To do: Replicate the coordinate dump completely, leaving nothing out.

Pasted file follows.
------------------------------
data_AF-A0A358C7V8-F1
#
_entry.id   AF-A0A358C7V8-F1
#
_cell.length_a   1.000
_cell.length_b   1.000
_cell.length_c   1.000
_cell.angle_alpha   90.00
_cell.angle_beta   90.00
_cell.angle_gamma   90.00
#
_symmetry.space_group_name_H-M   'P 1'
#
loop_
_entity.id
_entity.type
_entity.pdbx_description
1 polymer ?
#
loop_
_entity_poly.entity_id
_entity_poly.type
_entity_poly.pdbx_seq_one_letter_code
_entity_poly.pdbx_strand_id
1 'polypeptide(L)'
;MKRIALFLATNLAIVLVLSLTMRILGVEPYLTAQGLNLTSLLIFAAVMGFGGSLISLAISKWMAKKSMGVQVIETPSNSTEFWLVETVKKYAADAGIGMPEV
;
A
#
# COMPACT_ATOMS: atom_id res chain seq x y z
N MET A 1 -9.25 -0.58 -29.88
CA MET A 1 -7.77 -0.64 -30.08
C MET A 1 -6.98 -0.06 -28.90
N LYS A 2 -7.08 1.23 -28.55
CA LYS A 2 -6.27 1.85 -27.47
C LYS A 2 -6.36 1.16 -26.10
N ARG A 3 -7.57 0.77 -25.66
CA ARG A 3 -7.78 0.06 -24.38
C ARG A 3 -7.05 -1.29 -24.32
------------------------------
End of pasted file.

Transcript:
data_AF-A0A358C7V8-F1
#
_entry.id   AF-A0A358C7V8-F1
#
_cell.length_a   1.000
_cell.length_b   1.000
_cell.length_c   1.000
_cell.angle_alpha   90.00
_cell.angle_beta   90.00
_cell.angle_gamma   90.00
#
_symmetry.space_group_name_H-M   'P 1'
#
loop_
_entity.id
_entity.type
_entity.pdbx_description
1 polymer ?
#
loop_
_entity_poly.entity_id
_entity_poly.type
_entity_poly.pdbx_seq_one_letter_code
_entity_poly.pdbx_strand_id
1 'polypeptide(L)'
;MKRIALFLATNLAIVLVLSLTMRILGVEPYLTAQGLNLTSLLIFAAVMGFGGSLISLAISKWMAKKSMGVQVIETPSNSTEFWLVETVKKYAADAGIGMPEV
;
A
#
# COMPACT_ATOMS: atom_id res chain seq x y z
N MET A 1 -9.25 -0.58 -29.88
CA MET A 1 -7.77 -0.64 -30.08
C MET A 1 -6.98 -0.06 -28.90
N LYS A 2 -7.08 1.23 -28.55
CA LYS A 2 -6.27 1.85 -27.47
C LYS A 2 -6.36 1.16 -26.10
N ARG A 3 -7.57 0.77 -25.66
CA ARG A 3 -7.78 0.06 -24.38
C ARG A 3 -7.05 -1.29 -24.32